Positive reports from recent candidates in 2020/21 mention examiners to be ‘very practical’ or ‘thorough and fair’. The examiner may have been ‘good …, and often quite forceful’. One respondent even reported that it was ‘a pleasure to be examined by X’.

However, there was also some criticism of the process from candidates. Examinees report that ‘questions were not as clear as they could be’. The 105-minute exam was thought to be ‘very long’, leaving the candidate exhausted. The same candidate reported pressure from an examiner who did not allow questions to be written down.

Examiners' reported behaviour was at times questionable. One candidate asked: ‘Why was X so apparently bored, uninterested and unpleasant during the process’, while another examiner suggested the candidate 'fuck off back to yachts'. One candidate (in 2016) suggested his fellow examinees should speak a bit louder because the examiner doesn’t ‘listen to you when he is writing’.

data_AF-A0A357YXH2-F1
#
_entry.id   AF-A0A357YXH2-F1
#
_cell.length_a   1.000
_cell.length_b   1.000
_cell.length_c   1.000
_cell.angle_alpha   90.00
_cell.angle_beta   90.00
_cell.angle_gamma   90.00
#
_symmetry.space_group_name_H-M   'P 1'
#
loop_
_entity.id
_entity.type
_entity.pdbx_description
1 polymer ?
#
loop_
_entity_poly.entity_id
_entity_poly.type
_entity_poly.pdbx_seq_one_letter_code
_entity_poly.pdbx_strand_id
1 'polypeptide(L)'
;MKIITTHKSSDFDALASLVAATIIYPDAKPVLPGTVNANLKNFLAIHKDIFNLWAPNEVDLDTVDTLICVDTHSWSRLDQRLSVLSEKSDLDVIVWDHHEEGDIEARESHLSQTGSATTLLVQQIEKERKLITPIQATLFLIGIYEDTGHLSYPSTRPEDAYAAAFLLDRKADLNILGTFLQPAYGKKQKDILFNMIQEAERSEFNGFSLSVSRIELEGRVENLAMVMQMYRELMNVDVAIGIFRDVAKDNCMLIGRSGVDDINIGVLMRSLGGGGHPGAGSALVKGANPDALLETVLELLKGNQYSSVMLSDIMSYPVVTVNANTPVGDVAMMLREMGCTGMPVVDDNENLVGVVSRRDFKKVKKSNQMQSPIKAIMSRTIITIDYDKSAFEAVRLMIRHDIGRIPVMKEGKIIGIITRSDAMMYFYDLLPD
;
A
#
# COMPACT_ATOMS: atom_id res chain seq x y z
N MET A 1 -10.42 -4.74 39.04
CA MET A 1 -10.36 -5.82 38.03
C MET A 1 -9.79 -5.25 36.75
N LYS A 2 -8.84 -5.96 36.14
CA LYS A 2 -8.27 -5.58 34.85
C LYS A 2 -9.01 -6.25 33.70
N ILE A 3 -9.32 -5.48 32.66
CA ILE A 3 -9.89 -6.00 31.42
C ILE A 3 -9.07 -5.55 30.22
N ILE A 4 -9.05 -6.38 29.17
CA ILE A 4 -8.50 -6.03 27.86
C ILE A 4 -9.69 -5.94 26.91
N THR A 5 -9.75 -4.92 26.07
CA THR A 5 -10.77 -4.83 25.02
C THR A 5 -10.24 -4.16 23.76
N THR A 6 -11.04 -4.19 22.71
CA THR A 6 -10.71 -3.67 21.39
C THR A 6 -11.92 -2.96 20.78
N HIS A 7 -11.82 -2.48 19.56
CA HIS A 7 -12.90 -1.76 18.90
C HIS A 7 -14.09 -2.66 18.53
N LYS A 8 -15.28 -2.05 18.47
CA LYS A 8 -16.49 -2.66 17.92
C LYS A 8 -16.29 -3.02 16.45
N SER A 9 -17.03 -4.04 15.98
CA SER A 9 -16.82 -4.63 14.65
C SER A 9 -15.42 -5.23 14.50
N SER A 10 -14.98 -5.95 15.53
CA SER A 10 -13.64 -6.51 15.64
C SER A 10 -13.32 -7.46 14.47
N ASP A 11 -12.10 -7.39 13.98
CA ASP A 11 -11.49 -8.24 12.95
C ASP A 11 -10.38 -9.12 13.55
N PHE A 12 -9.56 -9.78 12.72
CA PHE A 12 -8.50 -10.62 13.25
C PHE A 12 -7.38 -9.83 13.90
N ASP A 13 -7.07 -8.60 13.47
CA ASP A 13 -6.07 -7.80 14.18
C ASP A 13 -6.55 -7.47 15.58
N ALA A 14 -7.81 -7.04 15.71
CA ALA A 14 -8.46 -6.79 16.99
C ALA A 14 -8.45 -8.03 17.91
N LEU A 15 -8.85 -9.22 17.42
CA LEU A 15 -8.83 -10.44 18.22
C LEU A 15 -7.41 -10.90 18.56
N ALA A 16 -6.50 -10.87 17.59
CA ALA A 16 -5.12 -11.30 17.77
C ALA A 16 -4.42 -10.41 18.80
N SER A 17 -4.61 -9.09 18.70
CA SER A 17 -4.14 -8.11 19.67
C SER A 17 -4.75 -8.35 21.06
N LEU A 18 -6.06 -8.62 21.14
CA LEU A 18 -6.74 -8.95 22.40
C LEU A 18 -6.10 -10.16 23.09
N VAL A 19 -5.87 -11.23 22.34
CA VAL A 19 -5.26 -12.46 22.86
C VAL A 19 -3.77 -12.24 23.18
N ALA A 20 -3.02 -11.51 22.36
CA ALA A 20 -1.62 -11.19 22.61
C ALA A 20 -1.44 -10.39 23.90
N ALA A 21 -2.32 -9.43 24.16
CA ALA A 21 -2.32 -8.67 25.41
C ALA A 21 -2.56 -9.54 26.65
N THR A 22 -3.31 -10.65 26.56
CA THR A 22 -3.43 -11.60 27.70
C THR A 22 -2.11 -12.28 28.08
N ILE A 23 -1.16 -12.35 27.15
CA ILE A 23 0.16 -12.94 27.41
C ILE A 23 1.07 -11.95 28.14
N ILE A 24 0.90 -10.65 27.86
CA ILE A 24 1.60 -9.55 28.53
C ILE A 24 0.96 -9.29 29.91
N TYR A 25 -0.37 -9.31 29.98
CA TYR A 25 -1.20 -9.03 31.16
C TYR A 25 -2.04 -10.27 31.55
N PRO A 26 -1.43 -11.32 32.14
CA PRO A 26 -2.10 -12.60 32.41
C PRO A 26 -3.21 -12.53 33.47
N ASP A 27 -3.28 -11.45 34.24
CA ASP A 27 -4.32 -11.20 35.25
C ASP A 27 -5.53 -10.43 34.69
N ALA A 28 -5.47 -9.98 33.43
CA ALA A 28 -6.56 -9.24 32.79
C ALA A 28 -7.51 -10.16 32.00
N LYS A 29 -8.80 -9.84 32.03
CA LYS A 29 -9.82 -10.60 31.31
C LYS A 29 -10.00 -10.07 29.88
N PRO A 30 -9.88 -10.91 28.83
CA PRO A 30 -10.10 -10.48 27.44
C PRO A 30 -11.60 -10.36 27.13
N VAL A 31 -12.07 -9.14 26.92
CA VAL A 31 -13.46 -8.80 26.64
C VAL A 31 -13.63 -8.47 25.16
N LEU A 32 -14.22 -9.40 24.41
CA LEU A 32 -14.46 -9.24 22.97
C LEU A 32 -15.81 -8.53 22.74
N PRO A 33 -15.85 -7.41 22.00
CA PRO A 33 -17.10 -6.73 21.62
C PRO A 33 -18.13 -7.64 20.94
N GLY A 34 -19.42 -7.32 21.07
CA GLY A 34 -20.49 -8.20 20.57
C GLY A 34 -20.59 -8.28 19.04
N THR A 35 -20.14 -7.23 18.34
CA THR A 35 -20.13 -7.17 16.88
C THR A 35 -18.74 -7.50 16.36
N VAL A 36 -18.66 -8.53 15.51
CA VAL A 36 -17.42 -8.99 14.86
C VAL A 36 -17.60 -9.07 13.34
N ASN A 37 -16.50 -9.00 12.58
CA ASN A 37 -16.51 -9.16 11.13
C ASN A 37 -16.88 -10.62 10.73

Conflicting feedback also exists that examiners allegedly told candidates not to write a report after the exam or the opposite, encouraging examinees to
do so.

Examiners may also make questionable assessments of candidates’ answers, impacting disadvantageously on the candidate.

Clandestine operation

Exams exist to demonstrate meeting the ‘standard of competence’ required by the International Convention on Standards of Training, Certification and Watchkeeping for Seafarers (STCW). However, MCA oral exams are still clouded by a veil of secrecy and may leave the candidate baffled as to why they passed or failed.